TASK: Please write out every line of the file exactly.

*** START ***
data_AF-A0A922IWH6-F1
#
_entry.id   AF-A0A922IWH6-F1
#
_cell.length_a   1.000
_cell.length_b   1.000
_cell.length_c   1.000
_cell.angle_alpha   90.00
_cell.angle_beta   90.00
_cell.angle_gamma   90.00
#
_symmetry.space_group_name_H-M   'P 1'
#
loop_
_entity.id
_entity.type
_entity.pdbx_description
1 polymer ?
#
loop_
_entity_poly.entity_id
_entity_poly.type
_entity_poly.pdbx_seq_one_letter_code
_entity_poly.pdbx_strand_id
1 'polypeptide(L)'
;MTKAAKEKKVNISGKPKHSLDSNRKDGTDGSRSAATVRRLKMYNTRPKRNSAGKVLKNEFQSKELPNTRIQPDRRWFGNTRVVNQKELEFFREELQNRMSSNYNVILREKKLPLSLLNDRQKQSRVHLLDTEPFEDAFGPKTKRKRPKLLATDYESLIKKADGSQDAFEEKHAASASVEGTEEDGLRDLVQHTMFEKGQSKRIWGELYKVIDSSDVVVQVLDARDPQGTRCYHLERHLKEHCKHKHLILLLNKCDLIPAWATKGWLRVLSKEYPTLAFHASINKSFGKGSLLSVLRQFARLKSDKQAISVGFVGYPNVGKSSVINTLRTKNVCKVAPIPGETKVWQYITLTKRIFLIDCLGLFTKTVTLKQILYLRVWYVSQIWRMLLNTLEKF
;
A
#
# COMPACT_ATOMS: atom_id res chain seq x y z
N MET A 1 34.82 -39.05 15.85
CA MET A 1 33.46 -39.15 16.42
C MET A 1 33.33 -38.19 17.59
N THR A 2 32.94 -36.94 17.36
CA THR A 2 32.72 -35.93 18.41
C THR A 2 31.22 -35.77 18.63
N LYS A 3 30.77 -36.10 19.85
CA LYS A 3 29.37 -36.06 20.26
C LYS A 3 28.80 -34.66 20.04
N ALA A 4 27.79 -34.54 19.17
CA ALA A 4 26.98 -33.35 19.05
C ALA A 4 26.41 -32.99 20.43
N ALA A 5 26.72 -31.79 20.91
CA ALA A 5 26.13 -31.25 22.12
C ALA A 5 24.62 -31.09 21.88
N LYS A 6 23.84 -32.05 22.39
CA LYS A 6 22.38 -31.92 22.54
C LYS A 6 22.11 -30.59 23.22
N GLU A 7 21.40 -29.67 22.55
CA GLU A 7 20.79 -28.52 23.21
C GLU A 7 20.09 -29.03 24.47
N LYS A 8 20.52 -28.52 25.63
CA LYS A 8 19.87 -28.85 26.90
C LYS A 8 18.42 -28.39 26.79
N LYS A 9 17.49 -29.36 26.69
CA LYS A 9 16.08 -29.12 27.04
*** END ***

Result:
data_AF-A0A922IWH6-F1
#
_entry.id   AF-A0A922IWH6-F1
#
_cell.length_a   1.000
_cell.length_b   1.000
_cell.length_c   1.000
_cell.angle_alpha   90.00
_cell.angle_beta   90.00
_cell.angle_gamma   90.00
#
_symmetry.space_group_name_H-M   'P 1'
#
loop_
_entity.id
_entity.type
_entity.pdbx_description
1 polymer ?
#
loop_
_entity_poly.entity_id
_entity_poly.type
_entity_poly.pdbx_seq_one_letter_code
_entity_poly.pdbx_strand_id
1 'polypeptide(L)'
;MTKAAKEKKVNISGKPKHSLDSNRKDGTDGSRSAATVRRLKMYNTRPKRNSAGKVLKNEFQSKELPNTRIQPDRRWFGNTRVVNQKELEFFREELQNRMSSNYNVILREKKLPLSLLNDRQKQSRVHLLDTEPFEDAFGPKTKRKRPKLLATDYESLIKKADGSQDAFEEKHAASASVEGTEEDGLRDLVQHTMFEKGQSKRIWGELYKVIDSSDVVVQVLDARDPQGTRCYHLERHLKEHCKHKHLILLLNKCDLIPAWATKGWLRVLSKEYPTLAFHASINKSFGKGSLLSVLRQFARLKSDKQAISVGFVGYPNVGKSSVINTLRTKNVCKVAPIPGETKVWQYITLTKRIFLIDCLGLFTKTVTLKQILYLRVWYVSQIWRMLLNTLEKF
;
A
#
# COMPACT_ATOMS: atom_id res chain seq x y z
N MET A 1 34.82 -39.05 15.85
CA MET A 1 33.46 -39.15 16.42
C MET A 1 33.33 -38.19 17.59
N THR A 2 32.94 -36.94 17.36
CA THR A 2 32.72 -35.93 18.41
C THR A 2 31.22 -35.77 18.63
N LYS A 3 30.77 -36.10 19.85
CA LYS A 3 29.37 -36.06 20.26
C LYS A 3 28.80 -34.66 20.04
N ALA A 4 27.79 -34.54 19.17
CA ALA A 4 26.98 -33.35 19.05
C ALA A 4 26.41 -32.99 20.43
N ALA A 5 26.72 -31.79 20.91
CA ALA A 5 26.13 -31.25 22.12
C ALA A 5 24.62 -31.09 21.88
N LYS A 6 23.84 -32.05 22.39
CA LYS A 6 22.38 -31.92 22.54
C LYS A 6 22.11 -30.59 23.22
N GLU A 7 21.40 -29.67 22.55
CA GLU A 7 20.79 -28.52 23.21
C GLU A 7 20.09 -29.03 24.47
N LYS A 8 20.52 -28.52 25.63
CA LYS A 8 19.87 -28.85 26.90
C LYS A 8 18.42 -28.39 26.79
N LYS A 9 17.49 -29.36 26.69
CA LYS A 9 16.08 -29.12 27.04